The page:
Following the successful implementation of a pandemic-prompted street patio in Columbia City, a group of community members is trying to find a way to make it permanent. (Friends of Ferdinand Festival Street)

In mid-2020, as restaurant owners rushed to find ways to comply with brand new social distancing rules and city leaders scrambled to find a way to accommodate people who wanted more options for getting around within in their own neighborhoods, the results settled into now-familiar patterns: streateries in place of parking spaces, and Healthy Streets where pedestrians are not forbidden from walking in the street. But just off Rainier Avenue in Columbia City, a different model took shape. Half of South Ferdinand Street, steps from businesses like Geraldine’s Counter and Lottie’s Lounge, was closed to traffic and turned into a fenced area with around a dozen tables with chairs, open to all — not just patrons at specific restaurants.

Dubbed The Patio, the space was a hit with neighborhood residents and visitors alike. “Everyone just wants to be outside right now. That’s where people feel safest,” Emily Eberhart, the owner of Columbia City Alehouse, at the time the bar’s manager, told the South Seattle Emerald in August of 2020. “It’s day one for us today, and I’ve already had two regulars and community members ask, ‘How can we make this last all year?’”

The Patio, in the heart of Columbia City’s business district became a highlight of the city’s choice to allow neighborhoods to rethink how public space is used at the height of the pandemic in 2020. (Doug Trumm)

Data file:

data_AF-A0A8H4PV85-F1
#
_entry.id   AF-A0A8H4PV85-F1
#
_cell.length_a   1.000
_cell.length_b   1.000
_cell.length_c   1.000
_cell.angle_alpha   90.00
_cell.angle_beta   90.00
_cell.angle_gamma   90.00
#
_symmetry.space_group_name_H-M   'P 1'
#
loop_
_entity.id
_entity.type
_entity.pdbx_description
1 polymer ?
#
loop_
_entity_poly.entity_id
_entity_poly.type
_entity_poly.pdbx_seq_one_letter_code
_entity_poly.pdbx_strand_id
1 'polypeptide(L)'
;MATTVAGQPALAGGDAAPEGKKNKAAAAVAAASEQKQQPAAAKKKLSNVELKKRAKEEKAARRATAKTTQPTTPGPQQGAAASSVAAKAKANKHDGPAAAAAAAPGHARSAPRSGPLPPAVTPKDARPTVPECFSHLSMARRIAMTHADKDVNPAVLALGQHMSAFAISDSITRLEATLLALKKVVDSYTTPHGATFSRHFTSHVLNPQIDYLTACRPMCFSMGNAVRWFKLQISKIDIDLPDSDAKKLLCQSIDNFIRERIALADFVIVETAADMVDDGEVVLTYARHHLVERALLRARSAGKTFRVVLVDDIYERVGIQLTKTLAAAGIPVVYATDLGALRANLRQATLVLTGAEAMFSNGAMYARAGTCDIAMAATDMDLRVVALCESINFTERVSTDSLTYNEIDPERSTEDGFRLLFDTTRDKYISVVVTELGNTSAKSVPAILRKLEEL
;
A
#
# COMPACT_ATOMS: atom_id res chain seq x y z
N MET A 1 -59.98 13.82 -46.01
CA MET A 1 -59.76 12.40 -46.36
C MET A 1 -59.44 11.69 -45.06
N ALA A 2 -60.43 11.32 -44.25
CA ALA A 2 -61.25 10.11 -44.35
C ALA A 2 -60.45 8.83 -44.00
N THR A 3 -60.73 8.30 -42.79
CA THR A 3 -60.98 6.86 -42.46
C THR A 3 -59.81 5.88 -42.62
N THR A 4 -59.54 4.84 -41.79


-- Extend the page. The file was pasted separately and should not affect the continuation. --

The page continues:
Ultimately, the Patio’s temporary street permit expired and the street was reopened to two-way traffic. But a group of Columbia City community members have been working behind the scenes, trying to figure out how to recreate the core function of The Patio as a unique center for civic life in the neighborhood. For two years, a group calling itself the Friends of the Ferdinand Festival Street has been working with the Seattle Department of Transportation (SDOT) to find a permanent design that serves the same function that the Patio did and also gains the approval of the City, nearby business and property owners, and residents.

“Covid started to kind of wind down and there’s a temporary permit for the Patio space. And the conversations just kind of started about like, ‘Okay, what do we do now? Can we do something more permanent here?'” Eric Higbee, a landscape architect and a member of the Friends group, told The Urbanist. “Because I think there was kind of an aha moment for Columbia City as a whole like, wow, it was cool public space, something where people can come out and gather, bump into each other and eat food and hang out.”

The Friends of the Ferdinand Festival Street (from left: Akilah Naji, Ali Zuberi, Kate Bond, and Eric Higbee) have taken on the task of getting a permanent public space where the former Patio once stood. (Ryan Packer)

“[Having] a truly public space where you can go and you can sit and you can rest, and you can visit with people without having to buy something without having to be in a car… I think that that’s critical for our neighborhood to continue to be as friendly as we already are,” said Ali Zuberi, another member who has an office along S Ferdinand Street.

Seattle’s transportation levy proposal, set to be amended and ultimately approved by the city council in the coming months, currently includes a brand new $57 million allocation intended to allow SDOT create people-centric streets that aren’t entirely focused around moving people in and out. The Ferdinand festival street could potentially serve as a model for what those spaces look like — and also an illustration of the compromises that get made on the way to turning big ideas into reality.

In trying to find a design that turned the Patio permanent, the Friends started to have conversations about what designs nearby business owners — and property owners, even more reluctant to see things change — would be able to get on board with. “The picture became really complicated pretty quickly,” Higbee said. “We heard pretty clearly from a lot of local businesses that they weren’t ready for a partial street closure.”